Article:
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From August 24-27, the Poli featured The Dark Star, starring Marion Davies as Rue Carew and Norman Kerry as Jim Neeland. Directed by Alan Swan, the film was released on July 27, at between five and seven reels (depending upon the source), and is presumed lost. Some of the stills below may be placed in the wrong context.

Plot:  Rue Carew, daughter of the America missionary Reverend William Carew, is born in Turkey. According to local belief, she is under the influence of the “Dark Star,” an evil planet. It is said that long ago, some metal from this planet fell into the hands of an image-maker, who fashioned the metal into an image of Erlik, Prince of Darkness.


“Where you are war is,” the image-maker chanted, “and all shall last until you are taken to another land where war shall be.” A German secret agent gets hold of the idol, and hollows it out, inserting Turkish plans for fortification he has obtained. He gives the original plans to Carew, with instructions to send them to Germany if he fails to return from the palace of Abdul Hamid, where he has been summoned. But the agent is killed, and during the ensuing uprising, Carew and his daughter sail to America with the idol. Rue, now a young woman, finds the plans in the idol and shows them to her father. He explains that he did not return them to Germany because he believed they might be used against the United States someday. Rue begins to accept boarders, two of which are Brandes and Stull, who win her good graces but are hatching a plot. Sue spends her time doing housework and engaging in target practice with her pistol.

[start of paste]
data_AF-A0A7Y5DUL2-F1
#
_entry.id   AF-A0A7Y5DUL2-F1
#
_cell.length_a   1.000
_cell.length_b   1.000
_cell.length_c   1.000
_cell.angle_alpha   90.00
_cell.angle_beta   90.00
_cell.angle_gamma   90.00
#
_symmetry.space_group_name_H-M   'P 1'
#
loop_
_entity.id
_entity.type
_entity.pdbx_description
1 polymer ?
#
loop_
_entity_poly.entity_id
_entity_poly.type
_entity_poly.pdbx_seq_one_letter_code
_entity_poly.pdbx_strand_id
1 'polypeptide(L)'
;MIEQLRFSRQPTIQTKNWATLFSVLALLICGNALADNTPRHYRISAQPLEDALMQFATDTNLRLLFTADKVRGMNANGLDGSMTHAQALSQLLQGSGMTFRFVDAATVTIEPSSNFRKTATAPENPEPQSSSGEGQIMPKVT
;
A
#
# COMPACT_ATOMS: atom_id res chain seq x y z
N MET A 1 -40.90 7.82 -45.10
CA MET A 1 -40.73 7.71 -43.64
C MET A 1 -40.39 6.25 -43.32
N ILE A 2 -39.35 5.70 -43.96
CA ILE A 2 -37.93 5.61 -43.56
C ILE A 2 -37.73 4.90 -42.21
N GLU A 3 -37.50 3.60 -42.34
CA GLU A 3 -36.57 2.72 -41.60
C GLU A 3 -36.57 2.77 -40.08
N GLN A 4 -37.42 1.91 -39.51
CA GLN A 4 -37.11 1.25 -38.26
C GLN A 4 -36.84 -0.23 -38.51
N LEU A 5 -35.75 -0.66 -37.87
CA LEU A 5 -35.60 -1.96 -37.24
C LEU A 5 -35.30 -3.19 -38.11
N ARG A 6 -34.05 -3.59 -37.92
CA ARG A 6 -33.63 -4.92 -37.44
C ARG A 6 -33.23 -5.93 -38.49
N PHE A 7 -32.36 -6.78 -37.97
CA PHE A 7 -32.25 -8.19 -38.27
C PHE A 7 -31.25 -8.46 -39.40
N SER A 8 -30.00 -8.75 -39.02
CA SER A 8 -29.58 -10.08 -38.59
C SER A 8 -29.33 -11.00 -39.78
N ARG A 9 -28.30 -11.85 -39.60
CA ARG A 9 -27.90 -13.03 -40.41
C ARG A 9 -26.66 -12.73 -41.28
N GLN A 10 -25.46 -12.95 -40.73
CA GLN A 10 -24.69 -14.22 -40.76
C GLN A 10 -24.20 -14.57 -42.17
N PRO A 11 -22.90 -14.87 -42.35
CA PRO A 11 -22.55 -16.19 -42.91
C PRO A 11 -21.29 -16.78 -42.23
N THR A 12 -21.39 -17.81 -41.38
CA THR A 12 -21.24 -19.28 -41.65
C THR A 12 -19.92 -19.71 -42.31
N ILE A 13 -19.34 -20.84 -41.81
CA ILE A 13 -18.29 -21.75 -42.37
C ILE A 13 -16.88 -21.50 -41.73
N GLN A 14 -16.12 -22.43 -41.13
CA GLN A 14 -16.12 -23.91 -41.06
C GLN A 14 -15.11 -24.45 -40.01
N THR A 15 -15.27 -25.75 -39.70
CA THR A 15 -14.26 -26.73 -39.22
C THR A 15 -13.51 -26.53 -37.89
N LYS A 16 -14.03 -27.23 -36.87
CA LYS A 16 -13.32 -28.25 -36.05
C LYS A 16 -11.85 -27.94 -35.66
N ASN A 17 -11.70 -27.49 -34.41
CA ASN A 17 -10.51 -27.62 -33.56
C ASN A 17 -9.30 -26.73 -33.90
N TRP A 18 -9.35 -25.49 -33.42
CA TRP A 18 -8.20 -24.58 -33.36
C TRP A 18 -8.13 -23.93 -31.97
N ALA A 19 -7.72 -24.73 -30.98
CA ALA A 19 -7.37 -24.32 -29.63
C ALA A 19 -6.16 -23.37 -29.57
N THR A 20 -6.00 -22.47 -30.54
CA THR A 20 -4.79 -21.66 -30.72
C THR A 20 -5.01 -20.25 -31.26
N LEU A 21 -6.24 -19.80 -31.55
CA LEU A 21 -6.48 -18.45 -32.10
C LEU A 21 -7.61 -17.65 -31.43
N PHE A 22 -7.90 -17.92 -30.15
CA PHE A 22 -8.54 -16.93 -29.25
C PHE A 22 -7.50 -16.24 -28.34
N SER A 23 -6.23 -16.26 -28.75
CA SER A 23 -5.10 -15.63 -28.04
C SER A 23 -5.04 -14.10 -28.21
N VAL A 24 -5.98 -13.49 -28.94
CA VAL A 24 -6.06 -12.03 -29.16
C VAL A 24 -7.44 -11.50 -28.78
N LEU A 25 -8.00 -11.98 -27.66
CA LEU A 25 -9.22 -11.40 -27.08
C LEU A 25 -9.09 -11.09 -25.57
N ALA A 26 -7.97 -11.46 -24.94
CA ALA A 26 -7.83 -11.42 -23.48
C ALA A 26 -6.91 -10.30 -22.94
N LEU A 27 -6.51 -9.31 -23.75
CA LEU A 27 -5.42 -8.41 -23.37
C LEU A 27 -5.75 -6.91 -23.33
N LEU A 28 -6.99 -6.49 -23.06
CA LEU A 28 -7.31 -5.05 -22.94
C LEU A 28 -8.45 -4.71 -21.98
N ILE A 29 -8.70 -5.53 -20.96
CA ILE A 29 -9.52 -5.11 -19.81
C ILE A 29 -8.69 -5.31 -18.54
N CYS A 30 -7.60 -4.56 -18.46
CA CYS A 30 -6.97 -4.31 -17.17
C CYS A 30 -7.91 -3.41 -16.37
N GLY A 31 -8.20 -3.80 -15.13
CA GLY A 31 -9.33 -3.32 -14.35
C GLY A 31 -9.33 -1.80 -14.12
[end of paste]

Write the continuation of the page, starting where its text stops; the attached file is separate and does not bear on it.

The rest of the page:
While she is practicing one day, a piece of the target strikes Jim Neeland, an artist and son of a mill owner. Neeland sketches Rue, but they part not expecting to see each other again. When Rue returns home, she finds her father dead on the floor.


The plans become the focus of a worldwide search by the German Secret Service. The chief agents are an adventuress named Princess Naia, and Prince Alak, who is impersonating a Cossack nobleman. Naia meets Neeland and realizes she can use him for her purposes. Rue is about to be married to Brandes when he is exposed as a fraud.